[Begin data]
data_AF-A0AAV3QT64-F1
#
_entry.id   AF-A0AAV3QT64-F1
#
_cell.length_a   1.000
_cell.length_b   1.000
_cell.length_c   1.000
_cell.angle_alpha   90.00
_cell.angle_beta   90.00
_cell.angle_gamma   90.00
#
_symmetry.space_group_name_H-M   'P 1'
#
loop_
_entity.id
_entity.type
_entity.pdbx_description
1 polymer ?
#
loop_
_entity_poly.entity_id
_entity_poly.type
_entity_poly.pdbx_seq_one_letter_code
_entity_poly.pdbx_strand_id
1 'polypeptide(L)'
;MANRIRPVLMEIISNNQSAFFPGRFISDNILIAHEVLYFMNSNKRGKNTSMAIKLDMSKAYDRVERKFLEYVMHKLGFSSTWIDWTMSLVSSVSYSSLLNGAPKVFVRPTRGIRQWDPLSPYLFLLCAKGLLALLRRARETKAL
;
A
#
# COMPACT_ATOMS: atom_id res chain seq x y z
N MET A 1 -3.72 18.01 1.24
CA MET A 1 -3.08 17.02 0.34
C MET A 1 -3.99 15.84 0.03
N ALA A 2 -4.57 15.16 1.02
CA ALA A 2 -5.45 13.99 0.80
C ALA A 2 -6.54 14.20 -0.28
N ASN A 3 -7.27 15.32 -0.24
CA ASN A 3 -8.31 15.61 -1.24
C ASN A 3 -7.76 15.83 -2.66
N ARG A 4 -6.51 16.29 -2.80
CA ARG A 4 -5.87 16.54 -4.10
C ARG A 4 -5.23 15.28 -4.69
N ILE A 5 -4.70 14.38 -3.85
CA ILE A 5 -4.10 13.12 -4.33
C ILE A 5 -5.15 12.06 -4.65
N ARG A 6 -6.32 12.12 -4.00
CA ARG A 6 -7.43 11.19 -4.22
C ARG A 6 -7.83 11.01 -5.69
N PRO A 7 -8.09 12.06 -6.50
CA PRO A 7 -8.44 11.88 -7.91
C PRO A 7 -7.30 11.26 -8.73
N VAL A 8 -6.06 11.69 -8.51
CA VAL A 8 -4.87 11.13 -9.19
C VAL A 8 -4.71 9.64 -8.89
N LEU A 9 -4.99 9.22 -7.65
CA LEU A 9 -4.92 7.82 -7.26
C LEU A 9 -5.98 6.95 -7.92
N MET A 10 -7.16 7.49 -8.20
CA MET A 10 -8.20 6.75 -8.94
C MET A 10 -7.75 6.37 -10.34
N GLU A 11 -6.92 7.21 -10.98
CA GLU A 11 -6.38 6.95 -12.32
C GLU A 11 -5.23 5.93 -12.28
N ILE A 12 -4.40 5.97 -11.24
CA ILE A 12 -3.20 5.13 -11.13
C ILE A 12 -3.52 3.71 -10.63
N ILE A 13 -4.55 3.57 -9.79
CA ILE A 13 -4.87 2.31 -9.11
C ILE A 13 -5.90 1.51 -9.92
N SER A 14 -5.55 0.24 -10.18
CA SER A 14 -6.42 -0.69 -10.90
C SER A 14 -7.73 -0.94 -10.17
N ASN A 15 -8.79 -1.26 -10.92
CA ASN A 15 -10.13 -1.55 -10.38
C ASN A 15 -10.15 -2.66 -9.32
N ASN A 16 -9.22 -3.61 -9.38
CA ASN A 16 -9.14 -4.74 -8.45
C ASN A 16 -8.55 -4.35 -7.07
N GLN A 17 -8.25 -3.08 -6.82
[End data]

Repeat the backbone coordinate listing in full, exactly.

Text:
data_AF-A0AAV3QT64-F1
#
_entry.id   AF-A0AAV3QT64-F1
#
_cell.length_a   1.000
_cell.length_b   1.000
_cell.length_c   1.000
_cell.angle_alpha   90.00
_cell.angle_beta   90.00
_cell.angle_gamma   90.00
#
_symmetry.space_group_name_H-M   'P 1'
#
loop_
_entity.id
_entity.type
_entity.pdbx_description
1 polymer ?
#
loop_
_entity_poly.entity_id
_entity_poly.type
_entity_poly.pdbx_seq_one_letter_code
_entity_poly.pdbx_strand_id
1 'polypeptide(L)'
;MANRIRPVLMEIISNNQSAFFPGRFISDNILIAHEVLYFMNSNKRGKNTSMAIKLDMSKAYDRVERKFLEYVMHKLGFSSTWIDWTMSLVSSVSYSSLLNGAPKVFVRPTRGIRQWDPLSPYLFLLCAKGLLALLRRARETKAL
;
A
#
# COMPACT_ATOMS: atom_id res chain seq x y z
N MET A 1 -3.72 18.01 1.24
CA MET A 1 -3.08 17.02 0.34
C MET A 1 -3.99 15.84 0.03
N ALA A 2 -4.57 15.16 1.02
CA ALA A 2 -5.45 13.99 0.80
C ALA A 2 -6.54 14.20 -0.28
N ASN A 3 -7.27 15.32 -0.24
CA ASN A 3 -8.31 15.61 -1.24
C ASN A 3 -7.76 15.83 -2.66
N ARG A 4 -6.51 16.29 -2.80
CA ARG A 4 -5.87 16.54 -4.10
C ARG A 4 -5.23 15.28 -4.69
N ILE A 5 -4.70 14.38 -3.85
CA ILE A 5 -4.10 13.12 -4.33
C ILE A 5 -5.15 12.06 -4.65
N ARG A 6 -6.32 12.12 -4.00
CA ARG A 6 -7.43 11.19 -4.22
C ARG A 6 -7.83 11.01 -5.69
N PRO A 7 -8.09 12.06 -6.50
CA PRO A 7 -8.44 11.88 -7.91
C PRO A 7 -7.30 11.26 -8.73
N VAL A 8 -6.06 11.69 -8.51
CA VAL A 8 -4.87 11.13 -9.19
C VAL A 8 -4.71 9.64 -8.89
N LEU A 9 -4.99 9.22 -7.65
CA LEU A 9 -4.92 7.82 -7.26
C LEU A 9 -5.98 6.95 -7.92
N MET A 10 -7.16 7.49 -8.20
CA MET A 10 -8.20 6.75 -8.94
C MET A 10 -7.75 6.37 -10.34
N GLU A 11 -6.92 7.21 -10.98
CA GLU A 11 -6.38 6.95 -12.32
C GLU A 11 -5.23 5.93 -12.28
N ILE A 12 -4.40 5.97 -11.24
CA ILE A 12 -3.20 5.13 -11.13
C ILE A 12 -3.52 3.71 -10.63
N ILE A 13 -4.55 3.57 -9.79
CA ILE A 13 -4.87 2.31 -9.11
C ILE A 13 -5.90 1.51 -9.92
N SER A 14 -5.55 0.24 -10.18
CA SER A 14 -6.42 -0.69 -10.90
C SER A 14 -7.73 -0.94 -10.17
N ASN A 15 -8.79 -1.26 -10.92
CA ASN A 15 -10.13 -1.55 -10.38
C ASN A 15 -10.15 -2.66 -9.32
N ASN A 16 -9.22 -3.61 -9.38
CA ASN A 16 -9.14 -4.74 -8.45
C ASN A 16 -8.55 -4.35 -7.07
N GLN A 17 -8.25 -3.08 -6.82